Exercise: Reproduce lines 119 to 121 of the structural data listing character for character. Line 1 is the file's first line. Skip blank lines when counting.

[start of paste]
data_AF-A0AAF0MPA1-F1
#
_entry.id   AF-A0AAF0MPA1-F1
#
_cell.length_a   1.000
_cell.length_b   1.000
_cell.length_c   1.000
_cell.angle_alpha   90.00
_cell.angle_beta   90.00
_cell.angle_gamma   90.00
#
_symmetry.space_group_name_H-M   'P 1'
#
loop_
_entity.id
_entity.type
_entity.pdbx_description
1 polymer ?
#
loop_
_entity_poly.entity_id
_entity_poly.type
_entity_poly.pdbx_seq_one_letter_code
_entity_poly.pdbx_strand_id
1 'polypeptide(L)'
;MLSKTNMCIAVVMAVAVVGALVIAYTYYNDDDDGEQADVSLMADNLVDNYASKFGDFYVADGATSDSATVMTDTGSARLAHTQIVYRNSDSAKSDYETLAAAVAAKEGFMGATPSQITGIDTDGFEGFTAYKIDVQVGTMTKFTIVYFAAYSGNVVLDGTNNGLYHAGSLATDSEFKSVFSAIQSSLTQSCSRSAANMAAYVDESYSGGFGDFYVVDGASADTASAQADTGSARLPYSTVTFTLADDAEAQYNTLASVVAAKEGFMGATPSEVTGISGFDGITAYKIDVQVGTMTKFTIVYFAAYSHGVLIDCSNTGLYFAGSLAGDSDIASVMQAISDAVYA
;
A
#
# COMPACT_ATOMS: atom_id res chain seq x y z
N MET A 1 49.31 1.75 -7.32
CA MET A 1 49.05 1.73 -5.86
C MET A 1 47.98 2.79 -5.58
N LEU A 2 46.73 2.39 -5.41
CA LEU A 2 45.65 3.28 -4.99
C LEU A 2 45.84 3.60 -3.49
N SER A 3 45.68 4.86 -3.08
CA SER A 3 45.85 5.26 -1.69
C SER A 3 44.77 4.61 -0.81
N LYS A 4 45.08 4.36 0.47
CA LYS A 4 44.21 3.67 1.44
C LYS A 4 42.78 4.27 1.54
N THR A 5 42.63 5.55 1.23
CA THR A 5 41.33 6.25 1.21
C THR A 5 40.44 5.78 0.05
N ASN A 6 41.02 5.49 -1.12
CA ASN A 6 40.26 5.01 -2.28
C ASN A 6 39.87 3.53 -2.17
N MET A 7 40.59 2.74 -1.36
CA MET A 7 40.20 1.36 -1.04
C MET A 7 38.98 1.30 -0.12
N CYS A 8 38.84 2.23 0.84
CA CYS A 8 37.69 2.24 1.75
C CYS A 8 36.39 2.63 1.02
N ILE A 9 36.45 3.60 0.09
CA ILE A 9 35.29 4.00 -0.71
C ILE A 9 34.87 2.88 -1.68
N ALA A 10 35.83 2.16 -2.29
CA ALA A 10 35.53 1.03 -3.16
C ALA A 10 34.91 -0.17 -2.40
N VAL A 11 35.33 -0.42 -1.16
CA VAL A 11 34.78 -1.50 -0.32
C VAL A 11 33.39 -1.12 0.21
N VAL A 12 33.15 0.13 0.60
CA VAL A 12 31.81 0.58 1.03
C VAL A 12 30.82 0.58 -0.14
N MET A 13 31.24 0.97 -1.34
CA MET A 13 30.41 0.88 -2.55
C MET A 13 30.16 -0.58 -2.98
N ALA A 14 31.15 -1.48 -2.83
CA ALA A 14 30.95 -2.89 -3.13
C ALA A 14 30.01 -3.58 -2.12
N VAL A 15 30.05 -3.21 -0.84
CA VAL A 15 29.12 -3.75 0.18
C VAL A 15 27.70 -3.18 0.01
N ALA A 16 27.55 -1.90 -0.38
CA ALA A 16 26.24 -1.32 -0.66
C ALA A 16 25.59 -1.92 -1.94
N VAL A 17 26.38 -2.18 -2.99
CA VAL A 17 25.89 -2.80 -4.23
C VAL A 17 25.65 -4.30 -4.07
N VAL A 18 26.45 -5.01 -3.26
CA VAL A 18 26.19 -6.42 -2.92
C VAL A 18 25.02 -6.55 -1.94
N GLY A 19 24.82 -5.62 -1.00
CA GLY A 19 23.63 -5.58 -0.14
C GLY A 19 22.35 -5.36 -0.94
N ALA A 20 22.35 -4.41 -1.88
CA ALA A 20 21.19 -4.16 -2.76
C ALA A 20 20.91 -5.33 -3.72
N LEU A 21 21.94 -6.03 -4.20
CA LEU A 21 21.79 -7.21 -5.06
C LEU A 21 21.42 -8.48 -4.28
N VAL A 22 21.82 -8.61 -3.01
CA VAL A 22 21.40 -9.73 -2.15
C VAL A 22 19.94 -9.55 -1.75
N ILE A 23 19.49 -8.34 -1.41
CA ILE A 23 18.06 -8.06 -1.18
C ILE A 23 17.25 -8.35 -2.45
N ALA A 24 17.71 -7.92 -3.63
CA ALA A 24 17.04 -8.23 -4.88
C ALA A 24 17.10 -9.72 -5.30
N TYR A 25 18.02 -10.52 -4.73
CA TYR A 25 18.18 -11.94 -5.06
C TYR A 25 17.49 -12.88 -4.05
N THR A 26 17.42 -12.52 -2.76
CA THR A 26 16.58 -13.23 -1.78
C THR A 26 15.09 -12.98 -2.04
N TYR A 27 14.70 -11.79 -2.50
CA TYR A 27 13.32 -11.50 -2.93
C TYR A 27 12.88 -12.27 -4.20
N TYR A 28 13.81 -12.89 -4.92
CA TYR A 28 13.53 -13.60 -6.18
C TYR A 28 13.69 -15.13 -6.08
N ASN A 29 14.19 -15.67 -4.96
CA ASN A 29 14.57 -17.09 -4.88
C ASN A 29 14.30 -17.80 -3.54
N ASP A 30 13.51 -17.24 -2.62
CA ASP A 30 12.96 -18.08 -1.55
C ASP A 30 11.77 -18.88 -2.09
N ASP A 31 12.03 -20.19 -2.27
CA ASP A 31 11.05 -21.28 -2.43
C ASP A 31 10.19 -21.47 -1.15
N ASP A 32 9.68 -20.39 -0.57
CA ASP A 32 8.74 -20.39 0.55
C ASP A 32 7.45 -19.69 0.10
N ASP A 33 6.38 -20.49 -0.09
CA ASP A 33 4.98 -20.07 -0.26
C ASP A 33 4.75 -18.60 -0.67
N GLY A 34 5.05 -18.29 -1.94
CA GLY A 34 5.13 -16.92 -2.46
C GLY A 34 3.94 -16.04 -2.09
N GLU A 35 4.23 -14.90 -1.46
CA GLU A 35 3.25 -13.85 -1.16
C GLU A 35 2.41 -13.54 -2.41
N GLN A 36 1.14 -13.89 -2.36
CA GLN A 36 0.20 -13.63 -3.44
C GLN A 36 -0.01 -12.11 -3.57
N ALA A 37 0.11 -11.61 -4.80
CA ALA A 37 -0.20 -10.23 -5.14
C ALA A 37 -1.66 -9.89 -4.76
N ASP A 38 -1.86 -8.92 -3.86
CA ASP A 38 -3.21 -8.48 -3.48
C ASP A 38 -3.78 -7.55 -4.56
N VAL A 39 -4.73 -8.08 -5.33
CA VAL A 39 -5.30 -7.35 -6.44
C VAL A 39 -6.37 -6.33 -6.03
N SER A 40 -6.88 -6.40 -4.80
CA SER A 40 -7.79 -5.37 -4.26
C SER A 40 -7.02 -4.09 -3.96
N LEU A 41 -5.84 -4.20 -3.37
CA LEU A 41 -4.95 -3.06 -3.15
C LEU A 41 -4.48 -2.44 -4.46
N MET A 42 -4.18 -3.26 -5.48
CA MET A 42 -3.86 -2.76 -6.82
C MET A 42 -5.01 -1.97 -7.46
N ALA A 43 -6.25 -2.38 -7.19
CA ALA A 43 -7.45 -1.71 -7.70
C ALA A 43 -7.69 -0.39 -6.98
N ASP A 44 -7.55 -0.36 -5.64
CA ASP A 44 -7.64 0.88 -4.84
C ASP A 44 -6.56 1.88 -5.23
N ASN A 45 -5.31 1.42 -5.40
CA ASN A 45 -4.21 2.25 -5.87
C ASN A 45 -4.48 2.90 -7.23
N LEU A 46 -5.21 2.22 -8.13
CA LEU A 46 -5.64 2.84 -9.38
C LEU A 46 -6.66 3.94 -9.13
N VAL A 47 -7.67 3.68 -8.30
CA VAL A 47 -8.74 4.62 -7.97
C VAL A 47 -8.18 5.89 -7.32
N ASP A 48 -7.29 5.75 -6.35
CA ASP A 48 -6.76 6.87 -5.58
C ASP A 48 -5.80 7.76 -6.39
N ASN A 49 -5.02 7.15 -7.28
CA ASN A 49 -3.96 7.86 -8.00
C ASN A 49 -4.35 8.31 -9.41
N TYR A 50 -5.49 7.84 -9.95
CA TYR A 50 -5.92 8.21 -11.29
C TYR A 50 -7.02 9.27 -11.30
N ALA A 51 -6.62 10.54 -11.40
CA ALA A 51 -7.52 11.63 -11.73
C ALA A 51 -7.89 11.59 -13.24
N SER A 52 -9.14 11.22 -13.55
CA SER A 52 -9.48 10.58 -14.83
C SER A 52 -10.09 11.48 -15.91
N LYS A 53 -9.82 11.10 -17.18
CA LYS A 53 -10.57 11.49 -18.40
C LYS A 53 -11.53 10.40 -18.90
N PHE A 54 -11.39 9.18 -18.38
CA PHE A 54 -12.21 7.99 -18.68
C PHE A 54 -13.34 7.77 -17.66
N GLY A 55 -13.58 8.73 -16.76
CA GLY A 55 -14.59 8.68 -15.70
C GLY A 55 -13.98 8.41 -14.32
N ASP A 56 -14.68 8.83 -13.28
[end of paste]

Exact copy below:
CA ASP A 30 12.96 -18.08 -1.55
C ASP A 30 11.77 -18.88 -2.09
N ASP A 31 12.03 -20.19 -2.27